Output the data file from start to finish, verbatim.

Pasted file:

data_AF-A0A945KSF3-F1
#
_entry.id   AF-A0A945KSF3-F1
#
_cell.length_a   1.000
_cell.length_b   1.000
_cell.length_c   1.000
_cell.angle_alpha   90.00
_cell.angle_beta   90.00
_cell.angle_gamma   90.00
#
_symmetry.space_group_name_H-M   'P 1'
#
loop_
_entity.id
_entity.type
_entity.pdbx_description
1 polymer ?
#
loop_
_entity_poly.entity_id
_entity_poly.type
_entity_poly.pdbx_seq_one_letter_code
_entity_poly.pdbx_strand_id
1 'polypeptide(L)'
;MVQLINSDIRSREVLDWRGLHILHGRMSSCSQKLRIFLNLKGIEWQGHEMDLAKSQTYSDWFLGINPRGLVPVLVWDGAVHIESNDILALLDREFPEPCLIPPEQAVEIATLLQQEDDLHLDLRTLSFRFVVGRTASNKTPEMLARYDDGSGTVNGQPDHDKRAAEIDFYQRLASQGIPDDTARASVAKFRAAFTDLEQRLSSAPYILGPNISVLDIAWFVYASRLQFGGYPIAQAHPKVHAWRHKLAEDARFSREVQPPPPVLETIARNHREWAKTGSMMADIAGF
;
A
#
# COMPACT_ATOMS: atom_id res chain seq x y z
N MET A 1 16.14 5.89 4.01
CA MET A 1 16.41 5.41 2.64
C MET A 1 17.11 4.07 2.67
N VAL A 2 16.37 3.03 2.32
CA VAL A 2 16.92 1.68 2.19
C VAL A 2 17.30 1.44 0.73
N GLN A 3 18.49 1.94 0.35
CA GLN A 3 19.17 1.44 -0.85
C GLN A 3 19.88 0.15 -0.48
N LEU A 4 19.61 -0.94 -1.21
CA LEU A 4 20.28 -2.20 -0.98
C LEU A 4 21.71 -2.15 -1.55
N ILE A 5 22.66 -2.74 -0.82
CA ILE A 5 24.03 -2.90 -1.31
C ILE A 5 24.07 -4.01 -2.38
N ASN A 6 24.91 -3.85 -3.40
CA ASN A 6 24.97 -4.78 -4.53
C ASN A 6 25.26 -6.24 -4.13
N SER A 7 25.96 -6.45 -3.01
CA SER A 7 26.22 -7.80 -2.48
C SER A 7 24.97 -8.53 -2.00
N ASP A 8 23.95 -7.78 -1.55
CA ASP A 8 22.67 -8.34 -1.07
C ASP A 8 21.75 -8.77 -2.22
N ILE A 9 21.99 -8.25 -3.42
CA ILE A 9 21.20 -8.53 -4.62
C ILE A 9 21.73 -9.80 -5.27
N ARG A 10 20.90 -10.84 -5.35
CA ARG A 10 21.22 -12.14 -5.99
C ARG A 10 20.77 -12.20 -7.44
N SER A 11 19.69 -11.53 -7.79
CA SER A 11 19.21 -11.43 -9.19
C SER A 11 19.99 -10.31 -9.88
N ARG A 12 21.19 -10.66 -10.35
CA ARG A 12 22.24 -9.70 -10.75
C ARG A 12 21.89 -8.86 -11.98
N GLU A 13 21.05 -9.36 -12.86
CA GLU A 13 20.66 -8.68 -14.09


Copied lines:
data_AF-A0A945KSF3-F1
#
_entry.id   AF-A0A945KSF3-F1
#
_cell.length_a   1.000
_cell.length_b   1.000
_cell.length_c   1.000
_cell.angle_alpha   90.00
_cell.angle_beta   90.00
_cell.angle_gamma   90.00
#
_symmetry.space_group_name_H-M   'P 1'
#
loop_
_entity.id
_entity.type
_entity.pdbx_description
1 polymer ?
#
loop_
_entity_poly.entity_id
_entity_poly.type
_entity_poly.pdbx_seq_one_letter_code
_entity_poly.pdbx_strand_id
1 'polypeptide(L)'
;MVQLINSDIRSREVLDWRGLHILHGRMSSCSQKLRIFLNLKGIEWQGHEMDLAKSQTYSDWFLGINPRGLVPVLVWDGAVHIESNDILALLDREFPEPCLIPPEQAVEIATLLQQEDDLHLDLRTLSFRFVVGRTASNKTPEMLARYDDGSGTVNGQPDHDKRAAEIDFYQRLASQGIPDDTARASVAKFRAAFTDLEQRLSSAPYILGPNISVLDIAWFVYASRLQFGGYPIAQAHPKVHAWRHKLAEDARFSREVQPPPPVLETIARNHREWAKTGSMMADIAGF
;
A
#
# COMPACT_ATOMS: atom_id res chain seq x y z
N MET A 1 16.14 5.89 4.01
CA MET A 1 16.41 5.41 2.64
C MET A 1 17.11 4.07 2.67
N VAL A 2 16.37 3.03 2.32
CA VAL A 2 16.92 1.68 2.19
C VAL A 2 17.30 1.44 0.73
N GLN A 3 18.49 1.94 0.35
CA GLN A 3 19.17 1.44 -0.85
C GLN A 3 19.88 0.15 -0.48
N LEU A 4 19.61 -0.94 -1.21
CA LEU A 4 20.28 -2.20 -0.98
C LEU A 4 21.71 -2.15 -1.55
N ILE A 5 22.66 -2.74 -0.82
CA ILE A 5 24.03 -2.90 -1.31
C ILE A 5 24.07 -4.01 -2.38
N ASN A 6 24.91 -3.85 -3.40
CA ASN A 6 24.97 -4.78 -4.53
C ASN A 6 25.26 -6.24 -4.13
N SER A 7 25.96 -6.45 -3.01
CA SER A 7 26.22 -7.80 -2.48
C SER A 7 24.97 -8.53 -2.00
N ASP A 8 23.95 -7.78 -1.55
CA ASP A 8 22.67 -8.34 -1.07
C ASP A 8 21.75 -8.77 -2.22
N ILE A 9 21.99 -8.25 -3.42
CA ILE A 9 21.20 -8.53 -4.62
C ILE A 9 21.73 -9.80 -5.27
N ARG A 10 20.90 -10.84 -5.35
CA ARG A 10 21.22 -12.14 -5.99
C ARG A 10 20.77 -12.20 -7.44
N SER A 11 19.69 -11.53 -7.79
CA SER A 11 19.21 -11.43 -9.19
C SER A 11 19.99 -10.31 -9.88
N ARG A 12 21.19 -10.66 -10.35
CA ARG A 12 22.24 -9.70 -10.75
C ARG A 12 21.89 -8.86 -11.98
N GLU A 13 21.05 -9.36 -12.86
CA GLU A 13 20.66 -8.68 -14.09